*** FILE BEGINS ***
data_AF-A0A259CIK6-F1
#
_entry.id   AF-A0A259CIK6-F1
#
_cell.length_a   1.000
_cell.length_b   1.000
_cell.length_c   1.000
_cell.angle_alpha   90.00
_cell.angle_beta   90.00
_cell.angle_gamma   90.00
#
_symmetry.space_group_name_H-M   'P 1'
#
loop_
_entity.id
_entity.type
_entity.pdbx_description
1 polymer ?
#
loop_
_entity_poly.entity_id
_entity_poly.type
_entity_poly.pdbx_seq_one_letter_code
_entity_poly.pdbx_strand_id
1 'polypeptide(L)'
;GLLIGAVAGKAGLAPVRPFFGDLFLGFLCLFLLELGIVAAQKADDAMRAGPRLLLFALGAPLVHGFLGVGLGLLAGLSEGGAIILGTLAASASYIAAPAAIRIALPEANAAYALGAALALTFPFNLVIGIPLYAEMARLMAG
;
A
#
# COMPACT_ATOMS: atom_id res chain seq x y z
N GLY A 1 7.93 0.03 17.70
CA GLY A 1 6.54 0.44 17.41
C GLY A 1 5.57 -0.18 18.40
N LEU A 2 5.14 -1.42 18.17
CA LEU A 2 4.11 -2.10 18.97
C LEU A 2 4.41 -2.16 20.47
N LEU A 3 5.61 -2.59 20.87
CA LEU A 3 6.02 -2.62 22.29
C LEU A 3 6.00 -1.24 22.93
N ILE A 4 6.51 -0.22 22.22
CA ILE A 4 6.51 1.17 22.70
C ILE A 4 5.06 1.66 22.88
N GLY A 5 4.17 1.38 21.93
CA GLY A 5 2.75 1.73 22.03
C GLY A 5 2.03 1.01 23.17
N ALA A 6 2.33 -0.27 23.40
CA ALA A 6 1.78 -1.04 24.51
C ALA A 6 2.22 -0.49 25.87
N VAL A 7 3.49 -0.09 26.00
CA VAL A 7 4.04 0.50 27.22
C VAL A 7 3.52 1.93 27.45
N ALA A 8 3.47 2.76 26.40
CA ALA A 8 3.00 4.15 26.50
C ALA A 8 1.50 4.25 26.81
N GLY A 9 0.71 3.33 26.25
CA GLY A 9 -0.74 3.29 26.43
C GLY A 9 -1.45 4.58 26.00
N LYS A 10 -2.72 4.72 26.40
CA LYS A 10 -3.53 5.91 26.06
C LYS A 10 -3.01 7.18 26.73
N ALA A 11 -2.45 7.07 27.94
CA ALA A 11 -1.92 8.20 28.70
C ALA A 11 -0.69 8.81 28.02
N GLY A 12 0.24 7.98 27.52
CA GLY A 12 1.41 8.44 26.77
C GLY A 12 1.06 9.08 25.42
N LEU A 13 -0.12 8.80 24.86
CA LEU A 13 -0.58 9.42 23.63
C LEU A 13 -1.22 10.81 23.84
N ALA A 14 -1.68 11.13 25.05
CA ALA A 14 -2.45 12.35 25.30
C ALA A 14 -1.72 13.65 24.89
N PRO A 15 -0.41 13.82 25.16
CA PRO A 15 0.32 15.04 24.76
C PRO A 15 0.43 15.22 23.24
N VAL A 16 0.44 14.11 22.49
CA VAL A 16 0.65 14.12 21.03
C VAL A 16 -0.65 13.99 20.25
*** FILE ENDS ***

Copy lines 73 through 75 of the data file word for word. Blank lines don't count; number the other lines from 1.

N PRO A 15 -0.41 13.82 25.16
CA PRO A 15 0.32 15.04 24.76
C PRO A 15 0.43 15.22 23.24